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Benchbench (bench),USA pronunciation n.
- a long seat for several persons: a bench in the park.
- a seat occupied by an official, esp. a judge.
- such a seat as a symbol of the office and dignity of an individual judge or the judiciary.
- the office or dignity of various other officials, or the officials themselves.
- the seat on which the players of a team sit during a game while not playing.
- thequality and number of the players of a team who are usually used as substitutes: A weak bench hurt their chances for the championship.
- [Informal.]See bench press.
- Also called workbench. the strong worktable of a carpenter or other mechanic.
- a platform on which animals are placed for exhibition, esp. at a dog show.
- a contest or exhibition of dogs;
- [Phys. Geog.]a shelflike area of rock with steep slopes above and below.
- a step or working elevation in a mine.
- berm (def. 2).
- on the bench:
- serving as a judge in a court of law;
- [Sports.](of a player) not participating in play, either for part or all of a game.
- to furnish with benches.
- to seat on a bench or on the bench: an election that benched him in the district court.
- to place (a show dog or other animal) in exhibition.
- to cut away the working faces of (a mine or quarry) in benches.
- to remove from a game or keep from participating in a game: to be benched because of poor hitting.
Holdhold1 (hōld),USA pronunciation v., held;
held or (Archaic) hold•en;
- to have or keep in the hand;
grasp: She held the purse in her right hand. He held the child's hand in his.
- to set aside;
reserve or retain: to hold merchandise until called for; to hold a reservation.
- to bear, sustain, or support, as with the hands or arms, or by any other means.
- to keep in a specified state, relation, etc.: The preacher held them spellbound.
- to detain: The police held him at the station house.
- to engage in;
carry on: to hold a meeting.
- to keep back from action;
restrain: Fear held him from acting.
- to have the ownership or use of;
keep as one's own;
occupy: to hold political office.
- to contain or be capable of containing: This bottle holds a quart.
- to bind or make accountable to an obligation: We will hold you to your promise to pay back the money.
- to have or keep in the mind;
think or believe: We hold this belief.
- to regard or consider: to hold a person responsible.
- to decide legally.
- to consider of a certain value;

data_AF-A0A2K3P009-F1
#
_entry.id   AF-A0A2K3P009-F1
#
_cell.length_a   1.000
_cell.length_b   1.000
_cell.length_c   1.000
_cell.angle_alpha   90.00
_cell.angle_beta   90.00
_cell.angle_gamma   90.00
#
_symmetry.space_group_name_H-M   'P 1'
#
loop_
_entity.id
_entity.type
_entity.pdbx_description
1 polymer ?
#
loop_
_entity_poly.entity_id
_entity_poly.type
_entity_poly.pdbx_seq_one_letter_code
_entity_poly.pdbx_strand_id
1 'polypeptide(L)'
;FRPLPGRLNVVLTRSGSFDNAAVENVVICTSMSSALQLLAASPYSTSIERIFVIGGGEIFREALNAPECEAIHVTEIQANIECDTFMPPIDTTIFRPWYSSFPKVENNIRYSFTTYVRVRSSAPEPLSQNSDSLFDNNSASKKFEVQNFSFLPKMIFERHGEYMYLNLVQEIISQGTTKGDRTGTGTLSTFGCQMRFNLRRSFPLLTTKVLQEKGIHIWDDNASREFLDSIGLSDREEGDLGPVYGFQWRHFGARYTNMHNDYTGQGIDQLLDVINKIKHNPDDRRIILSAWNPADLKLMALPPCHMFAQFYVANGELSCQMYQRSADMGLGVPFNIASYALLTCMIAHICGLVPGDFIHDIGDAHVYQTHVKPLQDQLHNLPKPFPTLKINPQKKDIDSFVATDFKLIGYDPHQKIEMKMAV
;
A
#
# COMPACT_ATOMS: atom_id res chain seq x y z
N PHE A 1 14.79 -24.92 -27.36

rate: We held her best of all the applicants.
- to keep forcibly, as against an adversary: Enemy forces held the hill.
- to point, aim, or direct: He held a gun on the prisoner. The firefighter held a hose on the blaze.
- to sustain (a note, chord, or rest).
- to omit from the usual order or combination: Give me a burger well-done—hold the pickle.
- to remain or continue in a specified state, relation, etc.: Hold still while I take your picture.
- to remain fast;
cling: Will this button hold?
- to keep or maintain a grasp on something.
- to maintain one's position against opposition;
continue in resistance.
- to agree or side (usually fol. by with): to hold with new methods.
- to hold property by some tenure;
derive title (usually fol. by by, from, in, or of ).
- to remain attached, faithful, or steadfast (usually fol. by to): to hold to one's purpose.
- to remain valid;
be in force: The rule does not hold.
- to refrain or forbear (usually used imperatively).
- hold back:
- to restrain or check: Police held back the crowd.
- to retain possession of;
keep back: He held back ten dollars.
- to refrain from revealing;
withhold: to hold back information.
- to refrain from participating or engaging in some activity: He held back from joining in the singing because he felt depressed.
- dodge (def. 2).
- hold down:
- to restrain;
check: Hold down that noise!
- to continue to hold and manage well: She held down that job for years.
- hold forth:
- to extend or offer;
- to talk at great length;
harangue: When we left, he was still holding forth on World War II.
- hold in:
- to restrain;
- to contain oneself;
exercise restraint: He was raging inside, but held himself in for fear of saying something he would regret.
- hold off:
- to keep at a distance;
- to postpone action;
defer: If you hold off applying for a passport, you may not get one in time.
- hold on:
- to keep a firm grip on.
- to keep going;
- to maintain, as one's opinion or position.
- to stop;
halt (usually used imperatively): Hold on now! That isn't what I meant at all.
- to keep a telephone connection open by not hanging up the receiver: The operator asked us to hold on while the number we'd dialed was being checked.
- hold one's own. See own (def. 5).
- hold one's peace. See peace (def. 12).
- hold one's tongue. See tongue (def. 25).
- hold out:
- to present;
- to stretch forth;
extend: Hold out your hand.
- to continue to exist;
last: Will the food hold out?
- to refuse to yield or submit: The defenders held out for weeks.
- to withhold something expected or due: He was suspected of holding out information important to the case.
- hold over:
- to keep for future consideration or action;
- to remain in possession or in office beyond the regular term.
- to remain beyond the arranged period: The movie was held over for a week.
- to prolong (a tone) from one measure to the next.
- hold up:
- to offer;
give: She held up his father as an example to follow.
- to present to notice;
expose: to hold someone up to ridicule.
- to hinder;
delay: The plane's departure was held up because of the storm.
- to stop by force in order to rob.
- to support;
uphold: to hold up farm prices.
- to stop;
halt: They held up at the gate.
- to maintain one's position or condition;
endure: They held up through all their troubles.